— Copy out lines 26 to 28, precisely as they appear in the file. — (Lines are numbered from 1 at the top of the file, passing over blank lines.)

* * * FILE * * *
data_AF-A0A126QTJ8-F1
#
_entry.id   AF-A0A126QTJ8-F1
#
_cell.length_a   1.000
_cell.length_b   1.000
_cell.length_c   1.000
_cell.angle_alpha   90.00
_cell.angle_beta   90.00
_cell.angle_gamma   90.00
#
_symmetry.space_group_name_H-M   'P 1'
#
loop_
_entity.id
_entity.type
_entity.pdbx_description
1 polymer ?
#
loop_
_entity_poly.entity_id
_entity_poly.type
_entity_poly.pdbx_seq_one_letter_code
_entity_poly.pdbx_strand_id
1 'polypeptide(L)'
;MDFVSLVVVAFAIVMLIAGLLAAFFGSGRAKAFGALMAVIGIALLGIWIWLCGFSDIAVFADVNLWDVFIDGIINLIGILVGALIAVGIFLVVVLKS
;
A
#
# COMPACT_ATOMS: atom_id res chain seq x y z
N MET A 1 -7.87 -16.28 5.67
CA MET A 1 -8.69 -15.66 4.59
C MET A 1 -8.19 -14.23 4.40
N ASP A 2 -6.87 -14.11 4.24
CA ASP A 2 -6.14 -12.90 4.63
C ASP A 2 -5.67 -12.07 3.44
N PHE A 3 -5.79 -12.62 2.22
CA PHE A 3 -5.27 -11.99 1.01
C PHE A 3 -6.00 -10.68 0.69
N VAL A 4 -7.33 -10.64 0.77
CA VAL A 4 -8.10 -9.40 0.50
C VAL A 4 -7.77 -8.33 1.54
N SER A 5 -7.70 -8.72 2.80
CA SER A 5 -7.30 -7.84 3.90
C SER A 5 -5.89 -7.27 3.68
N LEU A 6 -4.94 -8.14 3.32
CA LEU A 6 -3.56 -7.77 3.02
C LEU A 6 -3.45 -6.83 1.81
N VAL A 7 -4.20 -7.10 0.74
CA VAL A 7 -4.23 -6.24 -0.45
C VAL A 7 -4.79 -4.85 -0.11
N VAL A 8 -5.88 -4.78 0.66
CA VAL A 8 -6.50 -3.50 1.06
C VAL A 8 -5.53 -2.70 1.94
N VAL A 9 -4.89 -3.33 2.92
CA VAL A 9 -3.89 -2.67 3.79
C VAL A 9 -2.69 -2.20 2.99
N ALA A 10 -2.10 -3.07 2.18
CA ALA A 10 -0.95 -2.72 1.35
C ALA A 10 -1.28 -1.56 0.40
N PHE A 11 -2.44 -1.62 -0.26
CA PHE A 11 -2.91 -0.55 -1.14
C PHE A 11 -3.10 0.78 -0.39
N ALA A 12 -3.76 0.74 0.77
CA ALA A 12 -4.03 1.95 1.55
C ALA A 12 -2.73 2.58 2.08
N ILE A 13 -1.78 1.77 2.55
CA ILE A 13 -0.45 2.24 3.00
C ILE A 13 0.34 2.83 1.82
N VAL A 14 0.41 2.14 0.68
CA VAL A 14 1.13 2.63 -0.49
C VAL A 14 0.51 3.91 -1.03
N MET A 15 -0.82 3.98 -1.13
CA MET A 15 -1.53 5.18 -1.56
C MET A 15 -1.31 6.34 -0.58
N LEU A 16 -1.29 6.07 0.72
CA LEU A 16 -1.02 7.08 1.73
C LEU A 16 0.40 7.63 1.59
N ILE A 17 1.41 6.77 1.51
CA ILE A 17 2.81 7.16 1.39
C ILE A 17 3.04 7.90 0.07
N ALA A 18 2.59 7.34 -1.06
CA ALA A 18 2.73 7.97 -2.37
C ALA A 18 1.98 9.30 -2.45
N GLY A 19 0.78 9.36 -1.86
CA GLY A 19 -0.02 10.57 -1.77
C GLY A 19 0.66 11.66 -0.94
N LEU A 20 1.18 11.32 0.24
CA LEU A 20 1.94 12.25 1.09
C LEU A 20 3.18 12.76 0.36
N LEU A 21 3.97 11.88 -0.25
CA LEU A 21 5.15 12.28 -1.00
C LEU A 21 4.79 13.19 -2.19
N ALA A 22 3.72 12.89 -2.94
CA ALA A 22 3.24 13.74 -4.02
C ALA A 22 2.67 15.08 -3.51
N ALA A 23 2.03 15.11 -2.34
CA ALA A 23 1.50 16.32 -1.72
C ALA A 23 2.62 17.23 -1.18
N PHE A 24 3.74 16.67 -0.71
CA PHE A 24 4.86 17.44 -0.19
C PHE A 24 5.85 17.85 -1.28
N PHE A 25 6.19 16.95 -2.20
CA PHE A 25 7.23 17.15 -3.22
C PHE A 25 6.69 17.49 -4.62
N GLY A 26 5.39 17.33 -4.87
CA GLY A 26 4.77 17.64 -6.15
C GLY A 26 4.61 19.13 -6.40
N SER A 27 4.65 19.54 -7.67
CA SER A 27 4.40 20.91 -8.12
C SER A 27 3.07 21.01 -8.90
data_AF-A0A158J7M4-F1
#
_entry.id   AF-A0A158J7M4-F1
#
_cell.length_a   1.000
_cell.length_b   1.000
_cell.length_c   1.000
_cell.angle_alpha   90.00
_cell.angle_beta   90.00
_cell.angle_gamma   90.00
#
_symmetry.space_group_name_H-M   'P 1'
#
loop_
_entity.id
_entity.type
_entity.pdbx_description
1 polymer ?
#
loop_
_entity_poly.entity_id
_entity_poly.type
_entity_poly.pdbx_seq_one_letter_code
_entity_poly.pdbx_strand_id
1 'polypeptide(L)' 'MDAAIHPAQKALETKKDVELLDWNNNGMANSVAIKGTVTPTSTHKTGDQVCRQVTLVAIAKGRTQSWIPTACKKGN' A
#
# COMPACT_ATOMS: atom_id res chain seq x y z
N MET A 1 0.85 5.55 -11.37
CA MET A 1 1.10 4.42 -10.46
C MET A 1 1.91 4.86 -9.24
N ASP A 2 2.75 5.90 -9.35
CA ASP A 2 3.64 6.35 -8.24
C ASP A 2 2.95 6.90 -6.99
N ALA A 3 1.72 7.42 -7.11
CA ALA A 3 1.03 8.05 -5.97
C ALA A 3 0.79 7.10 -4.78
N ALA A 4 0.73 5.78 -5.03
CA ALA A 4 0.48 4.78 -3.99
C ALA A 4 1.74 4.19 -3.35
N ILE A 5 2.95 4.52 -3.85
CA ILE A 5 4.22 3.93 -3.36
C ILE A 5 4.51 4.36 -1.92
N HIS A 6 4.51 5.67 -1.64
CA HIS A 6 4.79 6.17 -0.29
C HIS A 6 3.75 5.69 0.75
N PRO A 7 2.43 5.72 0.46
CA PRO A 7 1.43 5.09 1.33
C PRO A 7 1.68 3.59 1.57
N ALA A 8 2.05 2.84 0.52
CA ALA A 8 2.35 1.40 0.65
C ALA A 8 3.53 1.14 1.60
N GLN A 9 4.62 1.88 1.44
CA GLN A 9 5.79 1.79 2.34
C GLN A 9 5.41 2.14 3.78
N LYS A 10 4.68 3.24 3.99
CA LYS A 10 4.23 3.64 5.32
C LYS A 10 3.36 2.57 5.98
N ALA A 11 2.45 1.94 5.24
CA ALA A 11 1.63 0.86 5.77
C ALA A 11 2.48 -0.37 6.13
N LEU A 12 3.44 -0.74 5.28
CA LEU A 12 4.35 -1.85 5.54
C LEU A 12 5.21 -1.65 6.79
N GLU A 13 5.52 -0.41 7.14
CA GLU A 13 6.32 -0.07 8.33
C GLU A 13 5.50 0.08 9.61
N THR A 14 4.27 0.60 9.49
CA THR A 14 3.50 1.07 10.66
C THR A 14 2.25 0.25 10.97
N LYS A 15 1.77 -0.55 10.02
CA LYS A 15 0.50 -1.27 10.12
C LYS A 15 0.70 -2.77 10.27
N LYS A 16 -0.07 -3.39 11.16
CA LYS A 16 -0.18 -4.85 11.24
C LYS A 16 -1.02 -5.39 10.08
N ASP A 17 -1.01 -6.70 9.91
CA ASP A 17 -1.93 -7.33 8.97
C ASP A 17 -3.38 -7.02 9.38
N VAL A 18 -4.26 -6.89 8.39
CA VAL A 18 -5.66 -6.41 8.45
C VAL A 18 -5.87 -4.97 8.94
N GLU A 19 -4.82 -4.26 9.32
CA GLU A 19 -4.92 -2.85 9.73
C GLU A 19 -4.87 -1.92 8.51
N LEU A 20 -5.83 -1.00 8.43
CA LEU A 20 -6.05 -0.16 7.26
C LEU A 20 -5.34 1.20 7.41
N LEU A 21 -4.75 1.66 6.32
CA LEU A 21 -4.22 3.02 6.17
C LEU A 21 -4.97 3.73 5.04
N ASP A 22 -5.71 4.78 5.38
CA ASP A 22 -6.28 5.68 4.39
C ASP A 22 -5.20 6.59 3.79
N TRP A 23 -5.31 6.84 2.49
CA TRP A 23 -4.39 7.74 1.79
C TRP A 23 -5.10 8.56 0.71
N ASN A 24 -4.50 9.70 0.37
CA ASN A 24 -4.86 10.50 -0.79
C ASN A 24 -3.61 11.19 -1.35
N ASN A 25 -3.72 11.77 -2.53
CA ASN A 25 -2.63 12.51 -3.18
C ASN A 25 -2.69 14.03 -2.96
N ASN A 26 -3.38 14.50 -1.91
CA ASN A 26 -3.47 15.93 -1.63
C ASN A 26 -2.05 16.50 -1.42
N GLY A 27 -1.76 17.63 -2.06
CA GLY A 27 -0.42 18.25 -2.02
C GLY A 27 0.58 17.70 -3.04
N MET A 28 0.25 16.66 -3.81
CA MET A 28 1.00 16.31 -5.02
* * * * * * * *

;MDFVSLVVVAFAIVMLIAGLLAAFFGSGRAKAFGALMAVIGIALLGIWIWLCGFSDIAVFADVNLWDVFIDGIINLIGILVGALIAVGIFLVVVLKS
;
A